Work in the media? Struggle with statistics? Stan's irreverent (and often irrelevant) review of the latest media reports, news and gossip may not help at all...
Stan # 20: Fatal statistics, collective nouns and accountants
8 March 1999
I am told that the US Coastguard Service Search & Rescue report that a significant majority of drowned sailors are found to have their flies undone. Apparently, leaning over the side at night to relieve oneself (known as doing a Maxwell after the late newspaper tycoon who slid over the side a few years ago to avoid public ignominy) can be pretty hazardous. One surprise wave and you're off. That is, a sea wave rather than someone waving at you from a passing ship, though this could equally cause you to take a dip.
Also reported from the American Statistics Office (who said those boys and girls don't have a sense of humour?) is that an average of 250 Americans die each year as a result of falling off bar stools backwards while trying to catch peanuts in their mouths. I don't have a figure for the percentage whose last act on this Earth was to be successful at this trick.
The North of Norway enjoyed (if that's the right word) the coldest weather in a century in late January when temperatures dropped to -51.2C. Nippy. Television viewers were entertained by a news report showing a man emptying a cup of hot water only for it to turn into a
cloud of ice cystals before reaching the ground. It's all to do with global warming I suppose.
On one of my recent desktops, I asked for suggestions for a collective noun for interviewers. A gaggle (or giggle) seems to have been the most popular choice. However, there are official collective nouns for many groups. What would you call groups of:
goats, ravens, birds (not flock), geese, hares, snipe, nightingales, clergymen, toads, crows, moles and peacocks. As usual, no prizes. Answers on my next desktop.
According to the trade Journal, Pass, one in six young accountants (I reckon all accountants are old and grey) admitted to taking drugs. Of course, those of us lucky enough to work in market research know that what people say and what they actually do may not be the same thing.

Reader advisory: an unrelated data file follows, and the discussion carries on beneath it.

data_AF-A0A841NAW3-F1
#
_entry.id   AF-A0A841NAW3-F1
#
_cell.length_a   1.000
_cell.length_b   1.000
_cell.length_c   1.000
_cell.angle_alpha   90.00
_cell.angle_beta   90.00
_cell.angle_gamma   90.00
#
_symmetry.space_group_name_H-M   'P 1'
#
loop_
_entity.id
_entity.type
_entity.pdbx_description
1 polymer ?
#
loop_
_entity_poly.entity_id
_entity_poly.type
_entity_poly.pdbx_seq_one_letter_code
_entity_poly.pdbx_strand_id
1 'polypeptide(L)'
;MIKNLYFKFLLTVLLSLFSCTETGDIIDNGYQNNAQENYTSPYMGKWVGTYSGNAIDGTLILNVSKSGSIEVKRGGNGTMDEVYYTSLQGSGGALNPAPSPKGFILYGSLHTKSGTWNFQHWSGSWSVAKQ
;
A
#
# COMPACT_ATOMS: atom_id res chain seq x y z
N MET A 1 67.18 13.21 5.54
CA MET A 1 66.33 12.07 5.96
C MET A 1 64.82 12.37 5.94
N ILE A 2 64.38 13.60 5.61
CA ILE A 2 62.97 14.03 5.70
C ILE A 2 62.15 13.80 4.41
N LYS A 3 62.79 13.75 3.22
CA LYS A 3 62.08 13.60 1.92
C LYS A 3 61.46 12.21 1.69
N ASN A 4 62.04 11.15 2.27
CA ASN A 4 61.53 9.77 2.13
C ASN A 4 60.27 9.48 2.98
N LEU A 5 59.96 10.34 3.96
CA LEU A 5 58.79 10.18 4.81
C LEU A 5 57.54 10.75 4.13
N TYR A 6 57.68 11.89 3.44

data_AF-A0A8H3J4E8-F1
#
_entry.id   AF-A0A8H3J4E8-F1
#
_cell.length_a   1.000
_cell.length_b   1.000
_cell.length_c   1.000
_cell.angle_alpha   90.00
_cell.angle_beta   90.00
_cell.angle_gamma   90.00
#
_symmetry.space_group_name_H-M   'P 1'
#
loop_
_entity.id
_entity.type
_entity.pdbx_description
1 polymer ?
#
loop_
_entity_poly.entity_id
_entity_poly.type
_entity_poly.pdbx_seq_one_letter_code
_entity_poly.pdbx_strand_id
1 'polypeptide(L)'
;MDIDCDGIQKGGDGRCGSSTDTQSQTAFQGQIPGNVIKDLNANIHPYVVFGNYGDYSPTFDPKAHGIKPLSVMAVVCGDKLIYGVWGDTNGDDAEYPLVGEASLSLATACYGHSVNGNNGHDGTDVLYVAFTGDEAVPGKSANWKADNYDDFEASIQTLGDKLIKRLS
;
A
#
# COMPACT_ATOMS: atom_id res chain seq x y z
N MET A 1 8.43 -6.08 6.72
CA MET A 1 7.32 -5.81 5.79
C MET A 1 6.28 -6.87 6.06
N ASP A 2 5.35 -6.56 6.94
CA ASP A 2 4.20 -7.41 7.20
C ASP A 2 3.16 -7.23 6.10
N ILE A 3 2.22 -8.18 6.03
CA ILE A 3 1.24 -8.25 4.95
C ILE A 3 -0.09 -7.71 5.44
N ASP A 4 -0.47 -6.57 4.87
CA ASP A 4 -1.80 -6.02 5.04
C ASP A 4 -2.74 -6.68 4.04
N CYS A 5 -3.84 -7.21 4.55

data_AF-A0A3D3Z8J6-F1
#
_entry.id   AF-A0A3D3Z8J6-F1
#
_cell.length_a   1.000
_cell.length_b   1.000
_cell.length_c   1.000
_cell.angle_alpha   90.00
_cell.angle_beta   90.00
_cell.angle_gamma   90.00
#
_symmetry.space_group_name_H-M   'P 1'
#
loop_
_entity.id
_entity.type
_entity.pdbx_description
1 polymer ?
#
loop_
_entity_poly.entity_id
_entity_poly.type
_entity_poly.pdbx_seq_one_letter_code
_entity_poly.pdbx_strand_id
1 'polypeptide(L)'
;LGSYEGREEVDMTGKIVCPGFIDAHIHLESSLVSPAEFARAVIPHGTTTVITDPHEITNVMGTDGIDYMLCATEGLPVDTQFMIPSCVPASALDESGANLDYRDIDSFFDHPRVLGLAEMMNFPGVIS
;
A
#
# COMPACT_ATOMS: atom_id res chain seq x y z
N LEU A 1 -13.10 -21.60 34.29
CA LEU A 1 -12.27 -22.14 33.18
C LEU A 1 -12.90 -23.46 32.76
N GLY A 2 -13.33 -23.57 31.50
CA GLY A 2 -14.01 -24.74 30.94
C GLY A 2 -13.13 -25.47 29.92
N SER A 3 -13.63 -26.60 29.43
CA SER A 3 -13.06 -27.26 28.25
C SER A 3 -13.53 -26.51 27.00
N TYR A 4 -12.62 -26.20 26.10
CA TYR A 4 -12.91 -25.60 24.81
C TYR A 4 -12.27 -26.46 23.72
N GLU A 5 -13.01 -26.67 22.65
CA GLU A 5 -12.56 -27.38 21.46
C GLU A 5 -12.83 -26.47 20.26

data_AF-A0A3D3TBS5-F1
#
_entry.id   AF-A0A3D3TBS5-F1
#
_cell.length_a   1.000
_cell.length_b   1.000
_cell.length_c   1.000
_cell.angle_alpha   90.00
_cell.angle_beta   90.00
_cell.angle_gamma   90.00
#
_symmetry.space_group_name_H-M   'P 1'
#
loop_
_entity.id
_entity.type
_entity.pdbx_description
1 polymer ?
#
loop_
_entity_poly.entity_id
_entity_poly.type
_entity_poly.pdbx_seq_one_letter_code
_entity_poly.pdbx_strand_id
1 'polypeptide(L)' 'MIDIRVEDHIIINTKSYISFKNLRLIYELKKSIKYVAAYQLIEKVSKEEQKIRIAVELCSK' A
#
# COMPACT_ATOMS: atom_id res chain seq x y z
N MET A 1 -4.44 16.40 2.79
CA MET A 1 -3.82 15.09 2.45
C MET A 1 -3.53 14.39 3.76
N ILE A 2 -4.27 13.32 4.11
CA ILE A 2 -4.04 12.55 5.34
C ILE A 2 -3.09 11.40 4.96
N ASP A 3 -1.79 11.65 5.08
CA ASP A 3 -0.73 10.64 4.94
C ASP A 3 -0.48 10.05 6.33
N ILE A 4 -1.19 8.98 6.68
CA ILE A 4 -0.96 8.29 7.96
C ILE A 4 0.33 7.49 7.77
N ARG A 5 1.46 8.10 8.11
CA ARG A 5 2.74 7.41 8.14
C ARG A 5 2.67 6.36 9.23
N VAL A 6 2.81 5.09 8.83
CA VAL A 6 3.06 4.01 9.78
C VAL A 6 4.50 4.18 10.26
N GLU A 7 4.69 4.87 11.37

Maybe there are a lot more young accountants taking drugs who won't admit it. Though my guess is that hardly any young accountants take drugs; it's just that they feel the need to beef up their image. The survey revealed that one in four accountants worked so hard that they did not have time for a social life. Maybe they did have great social lives, it's just with all those drugs they couldn't actually remember it. Do you remember that Monty Python sketch where Michael Palin
wanted to chuck in accountancy for lion taming and John Cleese, as a careers counsellor, advised against it? "You are an appallingly dull fellow, unimaginative, timid, lacking in initiative, spineless, easily dominated, no sense of humour and irrepressibly drab", he
said. "In most professions, these would be considered drawbacks. In chartered accountancy, they are a positive boon." I'm sure that group of intrepid accountants working at Asda in Leeds (England) who are avid readers of my desk top, would agree.
What should we call a group of accountants? Please send me your suggestions. I'll offer, 'a drabness', 'a greyness', 'an abacus', 'an orchestra' (lots of fiddlers!).
The Kent Messenger (England) carried an advertisement for domestic assistants at the Royal Victoria hospital in Folkestone - £3,739 per hour. No wonder there is always a financial crisis in the National Health Service.
Thousands of American taxpayers have been sent official notices telling them that they have died. The news was blamed on a computer error. As only computers make mistakes these days, who made mistakes before computers? Maybe that's why we use them - the faithful scapegoat. I think I would have replied to the IRS, "Thank you for informing me of my death. I wondered why I hadn't been feeling well lately. I hope that the United States will be able to function in the
future without my contribution." So maybe Mark Twain was wrong - the two unavoidable things in life, death and taxes, have been avoided courtesy of the IRS computer.